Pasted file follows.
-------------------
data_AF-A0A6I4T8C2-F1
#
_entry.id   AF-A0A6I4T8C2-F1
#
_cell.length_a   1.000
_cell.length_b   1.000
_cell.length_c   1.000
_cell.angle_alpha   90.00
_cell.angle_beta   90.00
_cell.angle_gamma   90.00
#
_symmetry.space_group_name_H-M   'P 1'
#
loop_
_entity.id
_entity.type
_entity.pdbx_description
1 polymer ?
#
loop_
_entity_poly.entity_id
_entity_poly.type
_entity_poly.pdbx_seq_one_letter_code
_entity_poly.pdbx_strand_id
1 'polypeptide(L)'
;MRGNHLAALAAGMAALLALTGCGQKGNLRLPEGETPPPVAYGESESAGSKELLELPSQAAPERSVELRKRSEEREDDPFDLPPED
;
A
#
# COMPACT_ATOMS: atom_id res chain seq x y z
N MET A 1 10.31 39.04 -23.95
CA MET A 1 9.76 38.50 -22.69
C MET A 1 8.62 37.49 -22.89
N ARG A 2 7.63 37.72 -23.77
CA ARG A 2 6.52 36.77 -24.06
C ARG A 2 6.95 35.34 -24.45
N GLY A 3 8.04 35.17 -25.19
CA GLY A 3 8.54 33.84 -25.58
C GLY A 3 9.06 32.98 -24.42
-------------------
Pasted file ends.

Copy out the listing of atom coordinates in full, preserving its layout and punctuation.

data_AF-A0A6I4T8C2-F1
#
_entry.id   AF-A0A6I4T8C2-F1
#
_cell.length_a   1.000
_cell.length_b   1.000
_cell.length_c   1.000
_cell.angle_alpha   90.00
_cell.angle_beta   90.00
_cell.angle_gamma   90.00
#
_symmetry.space_group_name_H-M   'P 1'
#
loop_
_entity.id
_entity.type
_entity.pdbx_description
1 polymer ?
#
loop_
_entity_poly.entity_id
_entity_poly.type
_entity_poly.pdbx_seq_one_letter_code
_entity_poly.pdbx_strand_id
1 'polypeptide(L)'
;MRGNHLAALAAGMAALLALTGCGQKGNLRLPEGETPPPVAYGESESAGSKELLELPSQAAPERSVELRKRSEEREDDPFDLPPED
;
A
#
# COMPACT_ATOMS: atom_id res chain seq x y z
N MET A 1 10.31 39.04 -23.95
CA MET A 1 9.76 38.50 -22.69
C MET A 1 8.62 37.49 -22.89
N ARG A 2 7.63 37.72 -23.77
CA ARG A 2 6.52 36.77 -24.06
C ARG A 2 6.95 35.34 -24.45
N GLY A 3 8.04 35.17 -25.19
CA GLY A 3 8.54 33.84 -25.58
C GLY A 3 9.06 32.98 -24.42